Of all the communication I receive in response to my writing ministry, among my favorites are those from fellow pastors. Even prior to entering full time ministry I was sympathetic to the unique challenges and pressures that pastors face. As one commentator put it, “People expect the clergy to have the grace of a swan, the friendliness of a sparrow, the strength of an eagle and the night hours of an owl—and some people expect such a bird to live on the food of a canary.”
I recently received the following email from a man who signed his email only as "Hurting Pastor." “I am a local pastor. I have been serving a church for 10 years faithfully. During these years, I have never had an appreciation service of any kind. I know it is biblical for the church to do this for their pastor in love. Is there ever a time when this should be preached? I have addressed this matter with my leadership team. Should I just teach on this matter from the pulpit? What do you think?”
What should a pastor do when he feels underappreciated? Sadly, this man’s story is not exceptional. It isn’t hard to find real-life accounts of hurting pastors. Many reports suggest that pastoral tenure is at an all-time low. Pastors stay shorter and look harder for bigger and better opportunities. This is often attributed to excessively ambitious clergy. That may be true in some cases. However, is it not possible that in at least as many cases pastors are hurting more than church culture allows them to admit? Perhaps churches could use training on the unique challenges placed upon pastors and their families. Here is the core of what I wrote back to Rev. Hurting Pastor:
1. Pastor, your first and deepest "appreciation" comes from the Lord.
We really do have to learn to rest in Christ and find our value and purpose in being a child of God, not a servant of the Kingdom. There is a difference. It’s easy to think that being a pastor is what we are, but it’s not. It’s our vocation in the Kingdom. It’s what we do. We are foremost a child of God, just like everyone we serve.
2. Pastor, we all feel similar struggles to varying extents.
We have to learn to "get life" from multiple sources so we don't dry out. I write a weekly column in a newspaper, contribute to various ministry-related websites, and write books and tracts. I get life from these activities. They help me stay focused and refreshed in the sometimes arid times of pastoral life. While you may not consider yourself a writer, consider a blog—even blog as "hurting pastor" anonymously—and you might be surprised the impact you could have on other pastors wading through the often mucky waters of pastoral life.
3. Pastor, don't stop being who God created you to be.
Invest in your interests outside of ministry. Like many pastors, I’m guilty of investing into precious few activities that are not directly related to my work in the local church. Do you have an interest in travel? Incorporate your pastoral life into a trip to visit a missionary your church supports. I’m presently planning just such a trip with my wife and tribe of kids going along.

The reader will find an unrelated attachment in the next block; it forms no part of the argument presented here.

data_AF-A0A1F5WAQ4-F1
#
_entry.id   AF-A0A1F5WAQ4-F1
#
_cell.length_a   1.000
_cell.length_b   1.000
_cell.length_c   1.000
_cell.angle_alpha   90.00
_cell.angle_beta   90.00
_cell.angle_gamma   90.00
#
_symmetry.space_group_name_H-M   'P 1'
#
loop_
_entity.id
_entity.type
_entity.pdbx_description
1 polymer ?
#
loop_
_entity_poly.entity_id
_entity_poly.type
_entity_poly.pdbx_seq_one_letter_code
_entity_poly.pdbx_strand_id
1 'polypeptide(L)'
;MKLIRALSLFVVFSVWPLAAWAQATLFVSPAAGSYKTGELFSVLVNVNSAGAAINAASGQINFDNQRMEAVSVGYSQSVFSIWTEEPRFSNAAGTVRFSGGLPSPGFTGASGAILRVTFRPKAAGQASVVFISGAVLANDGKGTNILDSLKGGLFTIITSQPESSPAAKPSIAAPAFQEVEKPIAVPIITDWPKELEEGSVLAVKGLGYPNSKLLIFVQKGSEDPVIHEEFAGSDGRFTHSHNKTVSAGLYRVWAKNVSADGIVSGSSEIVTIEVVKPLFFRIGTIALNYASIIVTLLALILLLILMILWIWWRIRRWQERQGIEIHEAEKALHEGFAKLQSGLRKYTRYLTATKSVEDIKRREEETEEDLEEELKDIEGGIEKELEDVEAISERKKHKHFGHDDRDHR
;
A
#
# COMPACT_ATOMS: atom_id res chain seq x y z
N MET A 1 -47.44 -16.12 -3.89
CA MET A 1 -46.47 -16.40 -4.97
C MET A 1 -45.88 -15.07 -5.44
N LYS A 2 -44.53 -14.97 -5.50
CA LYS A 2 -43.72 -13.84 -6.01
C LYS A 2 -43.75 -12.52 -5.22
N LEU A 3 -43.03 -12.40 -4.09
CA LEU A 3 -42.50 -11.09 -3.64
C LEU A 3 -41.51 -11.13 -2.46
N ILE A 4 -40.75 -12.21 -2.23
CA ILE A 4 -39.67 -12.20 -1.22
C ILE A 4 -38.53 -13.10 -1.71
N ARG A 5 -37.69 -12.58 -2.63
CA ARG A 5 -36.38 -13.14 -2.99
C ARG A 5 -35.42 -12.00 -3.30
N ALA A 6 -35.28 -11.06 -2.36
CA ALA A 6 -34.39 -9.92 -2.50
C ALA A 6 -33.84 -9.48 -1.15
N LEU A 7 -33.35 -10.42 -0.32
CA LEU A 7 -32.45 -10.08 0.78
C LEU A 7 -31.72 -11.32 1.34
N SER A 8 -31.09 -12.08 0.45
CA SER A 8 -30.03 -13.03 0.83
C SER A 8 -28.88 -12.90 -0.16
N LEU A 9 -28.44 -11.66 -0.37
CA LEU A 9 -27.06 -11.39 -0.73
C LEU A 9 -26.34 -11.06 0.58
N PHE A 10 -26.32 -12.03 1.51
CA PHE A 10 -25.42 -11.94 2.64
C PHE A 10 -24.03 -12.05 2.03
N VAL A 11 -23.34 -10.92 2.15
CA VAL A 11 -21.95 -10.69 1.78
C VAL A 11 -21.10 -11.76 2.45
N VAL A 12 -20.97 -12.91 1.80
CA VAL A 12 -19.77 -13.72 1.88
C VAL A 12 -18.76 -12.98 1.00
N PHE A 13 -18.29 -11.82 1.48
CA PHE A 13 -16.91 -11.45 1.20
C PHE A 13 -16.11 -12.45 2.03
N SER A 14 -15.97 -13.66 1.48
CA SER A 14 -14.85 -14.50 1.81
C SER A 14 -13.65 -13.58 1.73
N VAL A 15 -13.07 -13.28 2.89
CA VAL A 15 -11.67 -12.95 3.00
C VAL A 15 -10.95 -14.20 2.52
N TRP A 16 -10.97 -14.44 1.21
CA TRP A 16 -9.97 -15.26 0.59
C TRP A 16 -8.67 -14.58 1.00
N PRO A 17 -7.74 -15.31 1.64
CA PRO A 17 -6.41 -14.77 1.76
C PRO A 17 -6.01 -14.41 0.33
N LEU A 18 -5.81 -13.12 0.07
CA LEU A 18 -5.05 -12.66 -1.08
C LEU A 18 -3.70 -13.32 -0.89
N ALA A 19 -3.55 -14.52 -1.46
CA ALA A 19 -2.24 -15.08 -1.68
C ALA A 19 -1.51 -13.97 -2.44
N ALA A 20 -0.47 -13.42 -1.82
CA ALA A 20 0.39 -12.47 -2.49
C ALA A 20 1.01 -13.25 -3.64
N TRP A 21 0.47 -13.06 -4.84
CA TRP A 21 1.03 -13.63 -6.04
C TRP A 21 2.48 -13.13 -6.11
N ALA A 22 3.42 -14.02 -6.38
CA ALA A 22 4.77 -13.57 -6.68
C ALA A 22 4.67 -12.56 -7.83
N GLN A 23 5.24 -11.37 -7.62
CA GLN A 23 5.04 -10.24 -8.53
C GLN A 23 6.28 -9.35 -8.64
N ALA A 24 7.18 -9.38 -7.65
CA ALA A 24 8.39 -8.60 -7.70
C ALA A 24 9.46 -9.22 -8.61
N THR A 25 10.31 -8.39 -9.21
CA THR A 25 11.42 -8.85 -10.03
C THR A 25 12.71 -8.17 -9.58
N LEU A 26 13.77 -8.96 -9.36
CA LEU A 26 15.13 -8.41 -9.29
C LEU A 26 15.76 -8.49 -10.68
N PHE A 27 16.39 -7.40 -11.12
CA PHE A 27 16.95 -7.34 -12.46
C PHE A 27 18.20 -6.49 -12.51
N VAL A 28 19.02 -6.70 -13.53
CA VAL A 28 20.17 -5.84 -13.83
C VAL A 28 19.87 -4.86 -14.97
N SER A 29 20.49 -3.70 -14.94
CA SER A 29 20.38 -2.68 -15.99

4. Pastor, we are servants of the King and His Kingdom, but we are not without value ourselves.
Even a slave should have his needs met. Churches will unwittingly take as much life from a pastor as he is willing to give. People are needy, but we are people, too. Don't forget self-care. You and I are among colleagues who seldom seek health care or spiritual care for ourselves. It doesn’t honor God to focus so much on others that we let ourselves burn out.
5. Pastor, teach on the subject of pastoral care, but be careful how you do it.
Early in ministry, a mentor advised me wisely to take care every sermon is a "we" thing, not a "you" thing. A sermon titled, "You chumps don't know how to care for a pastor to save your life” is probably not a good idea and won’t be effective. Whereas a series of sermons on the topic of community care in the Church, which includes teaching on pastoral care and concerns, may be effective. Educate them on this subject with some degree of subtlety for, as most pastors have discerned, it’s altogether too easy to look self-serving in the pastorate.
Highlight biblical passages where it is seems obvious that a person’s faith is connected to how they think about the church and its leaders. Look at the example in Acts 16 of the Philippian jailer: "At that hour of the night the jailer took them and washed their wounds; then immediately he and all his family were baptized." (Acts 16:33 NIV84) After he received faith, he cared for the Lord's servants. Perhaps bring in a guest speaker to talk on this subject. It is not selfish to help the body of Christ understand that healthy pastors make for healthier churches. Pastoral health is good for the Kingdom and therefore it matters.
While the pastoral journey is a long and arduous pilgrimage, I wouldn't trade it for anything. Pastors do get a lot of blame they don’t deserve and little of the credit they do deserve. We need to care for ourselves, and the body needs to appreciate the work of their pastor. However, at the end of the day, all of the glory belongs to the Lord. Pastor, sincerely, earnestly, cast your cares upon Him (Matthew 11:28-30).
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